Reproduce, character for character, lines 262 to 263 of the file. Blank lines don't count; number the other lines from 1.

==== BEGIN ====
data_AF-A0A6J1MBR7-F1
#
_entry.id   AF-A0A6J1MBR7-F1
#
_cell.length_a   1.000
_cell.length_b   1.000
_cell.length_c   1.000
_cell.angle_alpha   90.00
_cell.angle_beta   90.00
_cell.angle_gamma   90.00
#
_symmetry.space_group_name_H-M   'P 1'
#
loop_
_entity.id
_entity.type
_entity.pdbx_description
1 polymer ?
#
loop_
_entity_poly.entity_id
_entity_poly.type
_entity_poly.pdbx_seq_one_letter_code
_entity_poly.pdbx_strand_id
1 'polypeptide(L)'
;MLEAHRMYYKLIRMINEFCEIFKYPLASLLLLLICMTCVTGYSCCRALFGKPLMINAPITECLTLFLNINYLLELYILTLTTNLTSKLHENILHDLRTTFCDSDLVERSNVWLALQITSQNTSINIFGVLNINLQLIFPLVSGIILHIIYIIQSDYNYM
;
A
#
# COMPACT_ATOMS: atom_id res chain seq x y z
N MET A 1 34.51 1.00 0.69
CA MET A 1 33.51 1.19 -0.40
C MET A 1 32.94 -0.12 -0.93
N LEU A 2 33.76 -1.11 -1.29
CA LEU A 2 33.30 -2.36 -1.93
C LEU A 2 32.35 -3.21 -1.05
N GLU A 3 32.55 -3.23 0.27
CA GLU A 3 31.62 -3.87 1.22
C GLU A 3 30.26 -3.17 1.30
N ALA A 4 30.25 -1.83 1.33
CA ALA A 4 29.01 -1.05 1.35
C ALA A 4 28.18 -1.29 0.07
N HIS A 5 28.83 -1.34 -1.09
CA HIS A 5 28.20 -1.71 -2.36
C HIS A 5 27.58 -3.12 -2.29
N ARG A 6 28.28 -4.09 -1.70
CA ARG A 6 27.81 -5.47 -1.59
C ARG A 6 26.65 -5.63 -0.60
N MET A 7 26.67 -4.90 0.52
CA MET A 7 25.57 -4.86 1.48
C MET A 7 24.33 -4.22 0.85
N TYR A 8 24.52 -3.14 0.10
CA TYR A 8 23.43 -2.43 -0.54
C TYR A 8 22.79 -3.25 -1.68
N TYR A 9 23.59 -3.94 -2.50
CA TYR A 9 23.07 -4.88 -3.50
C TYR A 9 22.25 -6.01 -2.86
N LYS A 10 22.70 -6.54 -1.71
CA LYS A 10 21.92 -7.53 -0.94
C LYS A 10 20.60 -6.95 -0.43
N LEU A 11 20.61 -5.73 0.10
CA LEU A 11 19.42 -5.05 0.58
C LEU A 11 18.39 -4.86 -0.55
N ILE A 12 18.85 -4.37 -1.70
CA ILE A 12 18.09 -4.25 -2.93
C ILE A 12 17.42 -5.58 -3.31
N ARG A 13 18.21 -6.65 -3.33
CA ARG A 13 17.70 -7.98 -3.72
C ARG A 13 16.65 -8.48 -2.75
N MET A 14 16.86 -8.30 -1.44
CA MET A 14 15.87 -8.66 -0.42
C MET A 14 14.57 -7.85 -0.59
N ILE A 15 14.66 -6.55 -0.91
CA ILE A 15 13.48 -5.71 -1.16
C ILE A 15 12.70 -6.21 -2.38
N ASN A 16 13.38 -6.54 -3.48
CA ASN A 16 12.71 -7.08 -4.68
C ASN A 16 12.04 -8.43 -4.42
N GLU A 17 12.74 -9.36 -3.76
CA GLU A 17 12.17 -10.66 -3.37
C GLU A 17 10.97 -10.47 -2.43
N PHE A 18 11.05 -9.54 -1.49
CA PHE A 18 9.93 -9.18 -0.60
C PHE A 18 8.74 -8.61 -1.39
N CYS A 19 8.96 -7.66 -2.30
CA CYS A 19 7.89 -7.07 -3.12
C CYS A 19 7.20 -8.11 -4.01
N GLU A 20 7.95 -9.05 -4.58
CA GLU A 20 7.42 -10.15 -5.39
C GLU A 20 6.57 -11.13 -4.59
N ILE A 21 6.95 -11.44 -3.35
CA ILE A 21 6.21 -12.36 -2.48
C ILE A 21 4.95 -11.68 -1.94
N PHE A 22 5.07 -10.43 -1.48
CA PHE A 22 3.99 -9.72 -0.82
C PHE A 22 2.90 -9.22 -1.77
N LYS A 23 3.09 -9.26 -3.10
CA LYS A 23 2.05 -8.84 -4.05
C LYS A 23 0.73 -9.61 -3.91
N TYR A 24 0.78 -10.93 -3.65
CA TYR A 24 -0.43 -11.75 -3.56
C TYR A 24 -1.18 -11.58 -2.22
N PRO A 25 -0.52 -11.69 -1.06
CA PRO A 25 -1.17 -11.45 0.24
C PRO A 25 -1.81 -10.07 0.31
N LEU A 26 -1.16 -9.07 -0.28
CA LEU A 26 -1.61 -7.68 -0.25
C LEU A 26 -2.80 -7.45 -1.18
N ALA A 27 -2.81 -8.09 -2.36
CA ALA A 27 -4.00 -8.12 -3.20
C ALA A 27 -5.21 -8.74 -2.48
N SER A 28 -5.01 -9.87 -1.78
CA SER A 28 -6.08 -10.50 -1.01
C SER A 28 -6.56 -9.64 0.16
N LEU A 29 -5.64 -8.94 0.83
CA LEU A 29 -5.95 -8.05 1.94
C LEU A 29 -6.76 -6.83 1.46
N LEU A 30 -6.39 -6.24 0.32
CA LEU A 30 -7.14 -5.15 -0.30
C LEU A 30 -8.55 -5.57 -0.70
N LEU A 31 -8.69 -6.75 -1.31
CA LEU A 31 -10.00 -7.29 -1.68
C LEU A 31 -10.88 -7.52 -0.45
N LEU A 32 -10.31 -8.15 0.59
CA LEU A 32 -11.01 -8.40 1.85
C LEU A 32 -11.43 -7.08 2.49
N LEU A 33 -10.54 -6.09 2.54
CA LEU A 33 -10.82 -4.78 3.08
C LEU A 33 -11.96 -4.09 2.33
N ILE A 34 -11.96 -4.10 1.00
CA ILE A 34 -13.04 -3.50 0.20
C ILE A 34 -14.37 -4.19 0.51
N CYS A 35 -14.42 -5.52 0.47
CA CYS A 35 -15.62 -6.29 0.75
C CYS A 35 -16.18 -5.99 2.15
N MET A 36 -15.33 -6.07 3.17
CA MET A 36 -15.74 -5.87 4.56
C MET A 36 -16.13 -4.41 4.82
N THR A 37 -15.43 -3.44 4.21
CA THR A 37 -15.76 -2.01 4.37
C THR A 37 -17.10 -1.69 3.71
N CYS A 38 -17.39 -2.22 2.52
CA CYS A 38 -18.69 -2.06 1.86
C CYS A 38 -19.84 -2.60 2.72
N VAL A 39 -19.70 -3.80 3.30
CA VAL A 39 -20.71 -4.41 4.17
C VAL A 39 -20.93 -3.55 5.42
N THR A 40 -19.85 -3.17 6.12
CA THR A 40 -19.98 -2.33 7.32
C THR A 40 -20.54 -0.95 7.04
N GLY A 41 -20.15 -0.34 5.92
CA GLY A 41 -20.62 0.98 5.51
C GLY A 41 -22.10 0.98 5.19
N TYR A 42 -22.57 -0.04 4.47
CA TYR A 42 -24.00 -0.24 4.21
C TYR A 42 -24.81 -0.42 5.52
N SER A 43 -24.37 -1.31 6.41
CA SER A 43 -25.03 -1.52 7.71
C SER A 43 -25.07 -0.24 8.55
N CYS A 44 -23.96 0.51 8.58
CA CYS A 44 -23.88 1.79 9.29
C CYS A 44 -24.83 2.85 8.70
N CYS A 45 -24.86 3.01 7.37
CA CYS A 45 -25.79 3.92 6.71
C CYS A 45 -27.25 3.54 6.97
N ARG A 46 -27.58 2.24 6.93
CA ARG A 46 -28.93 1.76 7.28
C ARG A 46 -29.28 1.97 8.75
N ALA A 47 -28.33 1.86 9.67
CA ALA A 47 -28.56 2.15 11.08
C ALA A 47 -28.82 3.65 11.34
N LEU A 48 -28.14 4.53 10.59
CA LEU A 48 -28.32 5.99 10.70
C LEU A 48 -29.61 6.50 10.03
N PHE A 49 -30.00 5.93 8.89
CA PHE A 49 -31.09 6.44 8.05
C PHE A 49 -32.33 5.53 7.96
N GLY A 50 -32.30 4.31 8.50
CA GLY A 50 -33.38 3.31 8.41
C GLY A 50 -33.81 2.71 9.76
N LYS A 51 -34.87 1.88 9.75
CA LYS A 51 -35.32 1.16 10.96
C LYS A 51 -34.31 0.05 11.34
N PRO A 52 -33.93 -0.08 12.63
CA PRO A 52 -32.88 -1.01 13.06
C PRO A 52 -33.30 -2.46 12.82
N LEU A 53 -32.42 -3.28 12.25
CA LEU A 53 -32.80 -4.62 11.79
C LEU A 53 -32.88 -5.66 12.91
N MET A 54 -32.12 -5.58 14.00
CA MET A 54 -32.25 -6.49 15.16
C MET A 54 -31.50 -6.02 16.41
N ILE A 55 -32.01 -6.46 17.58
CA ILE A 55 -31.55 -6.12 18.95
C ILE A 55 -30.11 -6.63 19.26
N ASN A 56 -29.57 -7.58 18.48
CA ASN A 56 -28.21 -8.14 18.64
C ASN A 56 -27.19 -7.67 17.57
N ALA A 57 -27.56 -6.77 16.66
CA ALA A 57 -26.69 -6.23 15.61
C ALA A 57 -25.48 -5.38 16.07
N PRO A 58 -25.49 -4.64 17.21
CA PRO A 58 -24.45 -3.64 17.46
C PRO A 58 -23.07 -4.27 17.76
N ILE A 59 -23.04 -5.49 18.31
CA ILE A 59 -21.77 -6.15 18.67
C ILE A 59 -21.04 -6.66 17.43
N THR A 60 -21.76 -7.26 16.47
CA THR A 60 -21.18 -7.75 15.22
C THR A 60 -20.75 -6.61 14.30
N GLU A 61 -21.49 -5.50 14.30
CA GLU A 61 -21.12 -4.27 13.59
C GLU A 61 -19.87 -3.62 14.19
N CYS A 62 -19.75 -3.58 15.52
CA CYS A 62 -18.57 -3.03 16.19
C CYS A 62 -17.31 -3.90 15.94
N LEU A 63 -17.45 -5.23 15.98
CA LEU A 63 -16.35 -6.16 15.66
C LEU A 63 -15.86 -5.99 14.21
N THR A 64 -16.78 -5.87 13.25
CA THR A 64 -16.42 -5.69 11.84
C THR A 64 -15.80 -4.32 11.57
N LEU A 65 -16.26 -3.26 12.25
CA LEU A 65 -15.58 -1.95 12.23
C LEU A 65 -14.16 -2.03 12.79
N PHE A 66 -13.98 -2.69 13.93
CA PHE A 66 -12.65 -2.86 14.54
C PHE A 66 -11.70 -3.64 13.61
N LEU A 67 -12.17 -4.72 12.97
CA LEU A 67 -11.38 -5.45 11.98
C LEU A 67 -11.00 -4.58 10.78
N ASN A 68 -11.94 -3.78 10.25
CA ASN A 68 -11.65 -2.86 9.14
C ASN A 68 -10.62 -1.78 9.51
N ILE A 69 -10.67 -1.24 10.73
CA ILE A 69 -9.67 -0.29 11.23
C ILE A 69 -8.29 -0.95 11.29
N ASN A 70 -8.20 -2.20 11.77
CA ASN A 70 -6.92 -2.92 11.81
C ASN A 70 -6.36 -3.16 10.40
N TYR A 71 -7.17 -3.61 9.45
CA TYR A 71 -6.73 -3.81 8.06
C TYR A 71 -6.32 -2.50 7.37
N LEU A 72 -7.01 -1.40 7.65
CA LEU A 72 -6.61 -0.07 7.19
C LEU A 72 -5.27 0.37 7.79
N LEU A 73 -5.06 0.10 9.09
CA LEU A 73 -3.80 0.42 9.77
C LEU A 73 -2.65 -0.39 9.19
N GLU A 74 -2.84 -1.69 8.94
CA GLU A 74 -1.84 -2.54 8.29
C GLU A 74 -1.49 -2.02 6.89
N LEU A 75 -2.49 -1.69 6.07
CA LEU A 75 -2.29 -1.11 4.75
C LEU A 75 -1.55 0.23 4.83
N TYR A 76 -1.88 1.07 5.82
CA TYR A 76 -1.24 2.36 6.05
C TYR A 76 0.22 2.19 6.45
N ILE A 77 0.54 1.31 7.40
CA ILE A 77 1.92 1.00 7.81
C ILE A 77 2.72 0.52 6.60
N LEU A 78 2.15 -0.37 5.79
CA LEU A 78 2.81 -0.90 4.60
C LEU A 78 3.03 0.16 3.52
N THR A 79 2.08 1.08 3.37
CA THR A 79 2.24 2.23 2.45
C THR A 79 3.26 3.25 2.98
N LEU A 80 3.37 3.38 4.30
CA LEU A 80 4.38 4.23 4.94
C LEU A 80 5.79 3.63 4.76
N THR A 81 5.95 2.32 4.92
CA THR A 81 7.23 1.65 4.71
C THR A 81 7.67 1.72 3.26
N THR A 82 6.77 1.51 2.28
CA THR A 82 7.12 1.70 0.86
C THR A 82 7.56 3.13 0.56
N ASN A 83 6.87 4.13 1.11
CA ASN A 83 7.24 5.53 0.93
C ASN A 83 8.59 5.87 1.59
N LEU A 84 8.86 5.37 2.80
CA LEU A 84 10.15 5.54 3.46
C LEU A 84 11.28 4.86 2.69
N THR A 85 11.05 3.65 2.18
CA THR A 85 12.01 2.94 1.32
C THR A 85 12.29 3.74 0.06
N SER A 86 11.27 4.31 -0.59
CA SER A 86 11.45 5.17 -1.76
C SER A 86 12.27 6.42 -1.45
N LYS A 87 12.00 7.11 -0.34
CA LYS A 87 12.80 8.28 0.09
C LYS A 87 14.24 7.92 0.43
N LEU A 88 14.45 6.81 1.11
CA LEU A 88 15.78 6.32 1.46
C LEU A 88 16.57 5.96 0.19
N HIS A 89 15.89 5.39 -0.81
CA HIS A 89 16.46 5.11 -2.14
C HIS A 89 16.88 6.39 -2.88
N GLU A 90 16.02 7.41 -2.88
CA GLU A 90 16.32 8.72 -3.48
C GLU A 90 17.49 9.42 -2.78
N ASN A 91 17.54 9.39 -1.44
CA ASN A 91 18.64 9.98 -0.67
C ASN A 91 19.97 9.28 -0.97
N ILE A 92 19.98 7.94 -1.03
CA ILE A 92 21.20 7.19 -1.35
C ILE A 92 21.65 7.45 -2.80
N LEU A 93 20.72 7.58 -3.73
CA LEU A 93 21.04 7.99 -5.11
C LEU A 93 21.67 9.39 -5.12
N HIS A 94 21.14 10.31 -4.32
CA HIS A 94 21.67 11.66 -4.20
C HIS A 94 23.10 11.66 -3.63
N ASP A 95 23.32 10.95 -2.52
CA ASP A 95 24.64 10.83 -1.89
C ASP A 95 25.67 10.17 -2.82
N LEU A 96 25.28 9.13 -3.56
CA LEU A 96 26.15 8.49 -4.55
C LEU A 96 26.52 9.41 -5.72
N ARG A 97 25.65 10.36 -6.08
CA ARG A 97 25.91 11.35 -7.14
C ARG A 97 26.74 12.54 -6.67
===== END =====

N LEU A 78 2.15 -0.37 5.79
CA LEU A 78 2.81 -0.90 4.60